A swimmer’s divide

For too long, Asians have had a reputation as being meek, smart, well disciplined and bad at sports. Look at Jeremy Lin. Despite playing at an elite level and leading his high school and college teams to championships, he was overlooked by the NBA. Maybe the instructors saw Kyle and his blue-eyed, blonde-haired friend and assumed that my son would be the weaker swimmer. I’m sure they never heard of Olympic gold medalist swimmer Park Tae-hwan, who is the Michael Phelps of Korea.

Just because you didn’t see it, that doesn’t mean it never happened

There was a little boy sitting nervously on his bicycle as my dad talked to him. The boy had called my father a chink, and my father was calmly explaining that it wasn’t a nice thing to say, and that his parents would be disappointed to hear him say that to an adult. (Who’re we kidding? We all know that this kid probably learned to be a racist at home. But my father was giving him the benefit of the doubt.)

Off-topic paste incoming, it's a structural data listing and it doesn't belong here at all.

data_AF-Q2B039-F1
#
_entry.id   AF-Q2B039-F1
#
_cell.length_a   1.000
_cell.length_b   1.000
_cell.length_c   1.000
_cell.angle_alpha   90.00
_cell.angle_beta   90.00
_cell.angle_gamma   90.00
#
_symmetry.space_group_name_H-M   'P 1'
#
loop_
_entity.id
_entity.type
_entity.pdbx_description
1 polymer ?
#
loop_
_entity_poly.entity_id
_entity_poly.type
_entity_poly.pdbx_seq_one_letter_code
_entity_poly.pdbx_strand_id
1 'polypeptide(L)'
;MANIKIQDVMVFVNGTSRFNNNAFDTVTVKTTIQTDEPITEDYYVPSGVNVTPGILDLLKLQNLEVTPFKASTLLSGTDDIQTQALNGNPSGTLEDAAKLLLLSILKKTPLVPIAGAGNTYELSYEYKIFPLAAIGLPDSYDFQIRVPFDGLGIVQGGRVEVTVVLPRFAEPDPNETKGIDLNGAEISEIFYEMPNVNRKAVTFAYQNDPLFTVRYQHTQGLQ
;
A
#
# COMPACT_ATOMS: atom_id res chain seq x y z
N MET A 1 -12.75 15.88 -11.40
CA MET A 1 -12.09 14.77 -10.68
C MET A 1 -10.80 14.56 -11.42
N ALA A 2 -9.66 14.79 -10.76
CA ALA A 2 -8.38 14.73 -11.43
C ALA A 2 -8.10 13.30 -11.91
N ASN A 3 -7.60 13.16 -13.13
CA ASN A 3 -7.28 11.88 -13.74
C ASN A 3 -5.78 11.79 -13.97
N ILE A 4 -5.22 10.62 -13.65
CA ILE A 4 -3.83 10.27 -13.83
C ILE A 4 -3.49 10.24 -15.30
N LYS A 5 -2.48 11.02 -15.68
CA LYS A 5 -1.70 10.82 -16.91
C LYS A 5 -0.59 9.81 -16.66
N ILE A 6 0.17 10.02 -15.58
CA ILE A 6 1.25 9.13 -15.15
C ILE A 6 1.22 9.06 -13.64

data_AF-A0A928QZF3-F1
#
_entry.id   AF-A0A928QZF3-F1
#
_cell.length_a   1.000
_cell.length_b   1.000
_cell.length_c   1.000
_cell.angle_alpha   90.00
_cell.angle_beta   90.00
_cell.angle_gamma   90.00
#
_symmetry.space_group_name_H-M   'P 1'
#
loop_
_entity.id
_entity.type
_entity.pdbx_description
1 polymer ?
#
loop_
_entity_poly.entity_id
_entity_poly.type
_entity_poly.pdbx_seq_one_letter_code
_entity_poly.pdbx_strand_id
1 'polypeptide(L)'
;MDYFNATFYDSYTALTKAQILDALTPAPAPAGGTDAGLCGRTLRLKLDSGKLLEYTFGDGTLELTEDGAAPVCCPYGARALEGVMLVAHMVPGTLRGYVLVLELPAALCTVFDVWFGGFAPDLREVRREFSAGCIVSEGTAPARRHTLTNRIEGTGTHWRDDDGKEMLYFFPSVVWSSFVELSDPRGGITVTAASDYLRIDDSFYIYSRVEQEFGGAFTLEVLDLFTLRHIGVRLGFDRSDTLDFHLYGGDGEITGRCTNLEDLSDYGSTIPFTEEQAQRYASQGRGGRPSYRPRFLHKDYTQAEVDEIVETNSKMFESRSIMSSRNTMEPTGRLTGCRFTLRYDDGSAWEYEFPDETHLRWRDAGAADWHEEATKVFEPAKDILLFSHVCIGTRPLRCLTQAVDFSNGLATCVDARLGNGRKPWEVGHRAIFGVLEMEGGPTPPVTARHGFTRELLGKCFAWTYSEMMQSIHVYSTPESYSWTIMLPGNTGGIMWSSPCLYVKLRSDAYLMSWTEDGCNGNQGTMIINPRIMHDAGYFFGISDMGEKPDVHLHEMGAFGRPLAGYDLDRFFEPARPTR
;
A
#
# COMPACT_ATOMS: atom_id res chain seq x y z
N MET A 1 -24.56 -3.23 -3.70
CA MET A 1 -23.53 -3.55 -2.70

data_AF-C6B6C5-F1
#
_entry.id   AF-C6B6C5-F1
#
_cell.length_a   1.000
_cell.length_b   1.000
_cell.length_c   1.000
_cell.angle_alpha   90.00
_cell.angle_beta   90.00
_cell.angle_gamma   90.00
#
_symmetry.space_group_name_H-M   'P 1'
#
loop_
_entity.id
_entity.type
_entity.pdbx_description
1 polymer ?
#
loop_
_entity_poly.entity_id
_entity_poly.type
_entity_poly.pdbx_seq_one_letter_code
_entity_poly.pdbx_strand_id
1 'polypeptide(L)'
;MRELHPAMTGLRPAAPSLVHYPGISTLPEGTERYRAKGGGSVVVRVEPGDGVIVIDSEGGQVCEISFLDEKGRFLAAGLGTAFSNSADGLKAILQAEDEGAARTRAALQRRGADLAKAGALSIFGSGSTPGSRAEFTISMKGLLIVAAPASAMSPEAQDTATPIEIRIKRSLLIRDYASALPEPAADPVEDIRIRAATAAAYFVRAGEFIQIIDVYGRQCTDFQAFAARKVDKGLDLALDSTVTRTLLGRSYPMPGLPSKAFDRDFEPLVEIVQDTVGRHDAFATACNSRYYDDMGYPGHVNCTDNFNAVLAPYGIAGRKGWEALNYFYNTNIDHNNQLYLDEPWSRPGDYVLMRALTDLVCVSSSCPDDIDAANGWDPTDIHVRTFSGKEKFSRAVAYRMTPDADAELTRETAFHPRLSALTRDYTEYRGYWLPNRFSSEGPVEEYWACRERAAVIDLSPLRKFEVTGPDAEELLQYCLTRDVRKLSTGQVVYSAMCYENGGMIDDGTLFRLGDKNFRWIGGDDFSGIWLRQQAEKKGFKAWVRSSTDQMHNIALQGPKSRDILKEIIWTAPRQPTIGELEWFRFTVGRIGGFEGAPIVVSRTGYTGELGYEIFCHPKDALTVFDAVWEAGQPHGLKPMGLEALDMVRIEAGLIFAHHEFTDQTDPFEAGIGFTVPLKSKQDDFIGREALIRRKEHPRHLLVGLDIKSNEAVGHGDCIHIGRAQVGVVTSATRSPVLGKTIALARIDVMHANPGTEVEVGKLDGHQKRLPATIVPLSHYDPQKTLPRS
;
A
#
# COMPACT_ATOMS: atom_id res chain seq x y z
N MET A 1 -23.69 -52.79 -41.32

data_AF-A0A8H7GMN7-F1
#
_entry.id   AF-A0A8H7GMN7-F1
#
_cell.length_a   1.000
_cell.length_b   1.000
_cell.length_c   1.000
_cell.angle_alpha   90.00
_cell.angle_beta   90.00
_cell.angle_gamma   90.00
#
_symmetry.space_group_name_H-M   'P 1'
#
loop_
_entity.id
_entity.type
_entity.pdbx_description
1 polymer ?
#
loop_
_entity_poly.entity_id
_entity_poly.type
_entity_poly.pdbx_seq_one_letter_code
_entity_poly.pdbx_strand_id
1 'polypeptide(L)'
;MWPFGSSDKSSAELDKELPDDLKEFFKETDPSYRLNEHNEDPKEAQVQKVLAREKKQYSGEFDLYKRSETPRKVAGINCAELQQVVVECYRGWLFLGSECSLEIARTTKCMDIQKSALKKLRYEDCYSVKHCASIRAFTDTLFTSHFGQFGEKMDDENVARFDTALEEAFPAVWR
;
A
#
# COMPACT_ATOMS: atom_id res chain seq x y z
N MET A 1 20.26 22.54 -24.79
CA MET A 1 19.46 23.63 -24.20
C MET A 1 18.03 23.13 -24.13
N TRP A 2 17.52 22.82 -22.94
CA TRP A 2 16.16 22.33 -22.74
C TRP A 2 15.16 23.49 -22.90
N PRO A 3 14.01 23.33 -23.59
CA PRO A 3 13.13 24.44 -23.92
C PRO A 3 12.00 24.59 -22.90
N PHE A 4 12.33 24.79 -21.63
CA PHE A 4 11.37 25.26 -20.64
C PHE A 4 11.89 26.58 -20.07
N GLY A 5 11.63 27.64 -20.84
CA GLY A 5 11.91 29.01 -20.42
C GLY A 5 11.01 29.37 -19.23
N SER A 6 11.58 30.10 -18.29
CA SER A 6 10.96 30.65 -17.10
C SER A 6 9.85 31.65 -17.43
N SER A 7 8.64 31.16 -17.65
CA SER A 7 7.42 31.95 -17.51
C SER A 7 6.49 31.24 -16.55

With Jeremy Lin Exit, Some Asian-American Fans Feel Betrayed By Knicks

“People who say Lin is an opportunist expected him to be a meek, quiet Asian man who wouldn’t cause waves,” says Jae-Ha Kim, a columnist for the Chicago Tribune. “This discussion about what he’s worth is insulting. Clearly these teams aren’t offering him this money out of the goodness of their hearts. And for what it’s worth, I’m a Bulls fan — I’ll just miss seeing Spike Lee go nuts over Lin.”

Jeremy Lin Matters to Kyle: Comments

When my Op-Ed piece on Jeremy Lin ran in the Chicago Tribune, a lot of people wrote in to comment about their own experiences growing up. More than a few questioned the veracity of my experiences. Here are just some of the comments that the Tribune published.

Jeremy Lin Matters to Kyle

Jeremy Lin is riding a well-deserved wave of goodwill and adulation. After being undrafted and waived by not one, but two, NBA teams last year–the 23-year-old point guard for the New York Knicks has become the sport’s latest sensation. And Asian Americans are loving it. Each time Lin shows off his skills on the basketball court or does an on-air interview where—surprise!–he has no accent, he helps Asian Americans get one step closer to being accepted as “real” Americans.